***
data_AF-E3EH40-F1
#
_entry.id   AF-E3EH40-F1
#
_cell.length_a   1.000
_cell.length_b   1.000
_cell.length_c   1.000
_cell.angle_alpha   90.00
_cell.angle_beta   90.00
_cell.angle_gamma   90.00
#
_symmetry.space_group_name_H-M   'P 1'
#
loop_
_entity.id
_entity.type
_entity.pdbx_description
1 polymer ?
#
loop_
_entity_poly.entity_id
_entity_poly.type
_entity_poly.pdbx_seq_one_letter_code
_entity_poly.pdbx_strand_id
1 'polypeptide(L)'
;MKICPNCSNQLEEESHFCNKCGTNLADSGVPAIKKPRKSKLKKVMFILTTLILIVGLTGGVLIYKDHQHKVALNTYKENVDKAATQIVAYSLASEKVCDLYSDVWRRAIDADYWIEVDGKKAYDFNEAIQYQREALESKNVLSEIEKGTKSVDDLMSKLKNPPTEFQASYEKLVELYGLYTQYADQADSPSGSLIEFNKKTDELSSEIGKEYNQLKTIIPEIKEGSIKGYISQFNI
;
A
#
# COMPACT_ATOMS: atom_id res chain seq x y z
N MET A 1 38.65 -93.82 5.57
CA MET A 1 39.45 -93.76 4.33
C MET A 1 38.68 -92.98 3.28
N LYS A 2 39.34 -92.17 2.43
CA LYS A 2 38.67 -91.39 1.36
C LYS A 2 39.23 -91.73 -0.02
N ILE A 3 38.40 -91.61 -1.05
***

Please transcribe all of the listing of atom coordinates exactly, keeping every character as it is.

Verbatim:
data_AF-E3EH40-F1
#
_entry.id   AF-E3EH40-F1
#
_cell.length_a   1.000
_cell.length_b   1.000
_cell.length_c   1.000
_cell.angle_alpha   90.00
_cell.angle_beta   90.00
_cell.angle_gamma   90.00
#
_symmetry.space_group_name_H-M   'P 1'
#
loop_
_entity.id
_entity.type
_entity.pdbx_description
1 polymer ?
#
loop_
_entity_poly.entity_id
_entity_poly.type
_entity_poly.pdbx_seq_one_letter_code
_entity_poly.pdbx_strand_id
1 'polypeptide(L)'
;MKICPNCSNQLEEESHFCNKCGTNLADSGVPAIKKPRKSKLKKVMFILTTLILIVGLTGGVLIYKDHQHKVALNTYKENVDKAATQIVAYSLASEKVCDLYSDVWRRAIDADYWIEVDGKKAYDFNEAIQYQREALESKNVLSEIEKGTKSVDDLMSKLKNPPTEFQASYEKLVELYGLYTQYADQADSPSGSLIEFNKKTDELSSEIGKEYNQLKTIIPEIKEGSIKGYISQFNI
;
A
#
# COMPACT_ATOMS: atom_id res chain seq x y z
N MET A 1 38.65 -93.82 5.57
CA MET A 1 39.45 -93.76 4.33
C MET A 1 38.68 -92.98 3.28
N LYS A 2 39.34 -92.17 2.43
CA LYS A 2 38.67 -91.39 1.36
C LYS A 2 39.23 -91.73 -0.02
N ILE A 3 38.40 -91.61 -1.05